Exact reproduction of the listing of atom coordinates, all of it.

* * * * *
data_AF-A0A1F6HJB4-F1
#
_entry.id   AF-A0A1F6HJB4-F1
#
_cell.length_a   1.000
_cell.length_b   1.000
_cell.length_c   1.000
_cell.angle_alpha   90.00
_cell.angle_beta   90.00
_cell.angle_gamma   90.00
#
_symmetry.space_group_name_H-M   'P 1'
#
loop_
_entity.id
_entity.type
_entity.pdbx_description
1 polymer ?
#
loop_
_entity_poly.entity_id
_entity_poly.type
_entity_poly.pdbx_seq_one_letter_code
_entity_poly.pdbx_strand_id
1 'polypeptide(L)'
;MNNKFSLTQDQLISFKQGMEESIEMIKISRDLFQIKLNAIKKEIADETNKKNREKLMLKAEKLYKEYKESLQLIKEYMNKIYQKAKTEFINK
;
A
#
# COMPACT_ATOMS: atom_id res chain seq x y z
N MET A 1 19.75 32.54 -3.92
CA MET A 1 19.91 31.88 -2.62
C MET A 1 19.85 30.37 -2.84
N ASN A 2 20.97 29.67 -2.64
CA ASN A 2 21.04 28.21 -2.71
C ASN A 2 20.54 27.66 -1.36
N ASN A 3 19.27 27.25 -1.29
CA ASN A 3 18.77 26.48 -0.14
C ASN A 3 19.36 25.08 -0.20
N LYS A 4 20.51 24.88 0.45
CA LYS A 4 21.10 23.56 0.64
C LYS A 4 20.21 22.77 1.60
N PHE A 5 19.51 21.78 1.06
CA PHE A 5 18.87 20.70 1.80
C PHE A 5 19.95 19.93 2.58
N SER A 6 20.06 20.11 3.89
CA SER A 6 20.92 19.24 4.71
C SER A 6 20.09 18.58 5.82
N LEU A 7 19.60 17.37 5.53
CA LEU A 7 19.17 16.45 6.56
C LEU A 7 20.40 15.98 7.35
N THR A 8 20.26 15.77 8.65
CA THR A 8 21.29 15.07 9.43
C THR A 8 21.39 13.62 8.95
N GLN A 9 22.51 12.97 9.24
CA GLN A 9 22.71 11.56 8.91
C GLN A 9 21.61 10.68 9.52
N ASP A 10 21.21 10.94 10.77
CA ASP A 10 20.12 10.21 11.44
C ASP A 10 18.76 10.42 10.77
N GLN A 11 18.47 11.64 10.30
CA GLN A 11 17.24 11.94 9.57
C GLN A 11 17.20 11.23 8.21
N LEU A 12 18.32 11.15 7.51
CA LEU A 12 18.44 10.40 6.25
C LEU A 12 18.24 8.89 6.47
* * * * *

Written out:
data_AF-A0A1F6HJB4-F1
#
_entry.id   AF-A0A1F6HJB4-F1
#
_cell.length_a   1.000
_cell.length_b   1.000
_cell.length_c   1.000
_cell.angle_alpha   90.00
_cell.angle_beta   90.00
_cell.angle_gamma   90.00
#
_symmetry.space_group_name_H-M   'P 1'
#
loop_
_entity.id
_entity.type
_entity.pdbx_description
1 polymer ?
#
loop_
_entity_poly.entity_id
_entity_poly.type
_entity_poly.pdbx_seq_one_letter_code
_entity_poly.pdbx_strand_id
1 'polypeptide(L)'
;MNNKFSLTQDQLISFKQGMEESIEMIKISRDLFQIKLNAIKKEIADETNKKNREKLMLKAEKLYKEYKESLQLIKEYMNKIYQKAKTEFINK
;
A
#
# COMPACT_ATOMS: atom_id res chain seq x y z
N MET A 1 19.75 32.54 -3.92
CA MET A 1 19.91 31.88 -2.62
C MET A 1 19.85 30.37 -2.84
N ASN A 2 20.97 29.67 -2.64
CA ASN A 2 21.04 28.21 -2.71
C ASN A 2 20.54 27.66 -1.36
N ASN A 3 19.27 27.25 -1.29
CA ASN A 3 18.77 26.48 -0.14
C ASN A 3 19.36 25.08 -0.20
N LYS A 4 20.51 24.88 0.45
CA LYS A 4 21.10 23.56 0.64
C LYS A 4 20.21 22.77 1.60
N PHE A 5 19.51 21.78 1.06
CA PHE A 5 18.87 20.70 1.80
C PHE A 5 19.95 19.93 2.58
N SER A 6 20.06 20.11 3.89
CA SER A 6 20.92 19.24 4.71
C SER A 6 20.09 18.58 5.82
N LEU A 7 19.60 17.37 5.53
CA LEU A 7 19.17 16.45 6.56
C LEU A 7 20.40 15.98 7.35
N THR A 8 20.26 15.77 8.65
CA THR A 8 21.29 15.07 9.43
C THR A 8 21.39 13.62 8.95
N GLN A 9 22.51 12.97 9.24
CA GLN A 9 22.71 11.56 8.91
C GLN A 9 21.61 10.68 9.52
N ASP A 10 21.21 10.94 10.77
CA ASP A 10 20.12 10.21 11.44
C ASP A 10 18.76 10.42 10.77
N GLN A 11 18.47 11.64 10.30
CA GLN A 11 17.24 11.94 9.57
C GLN A 11 17.20 11.23 8.21
N LEU A 12 18.32 11.15 7.51
CA LEU A 12 18.44 10.40 6.25
C LEU A 12 18.24 8.89 6.47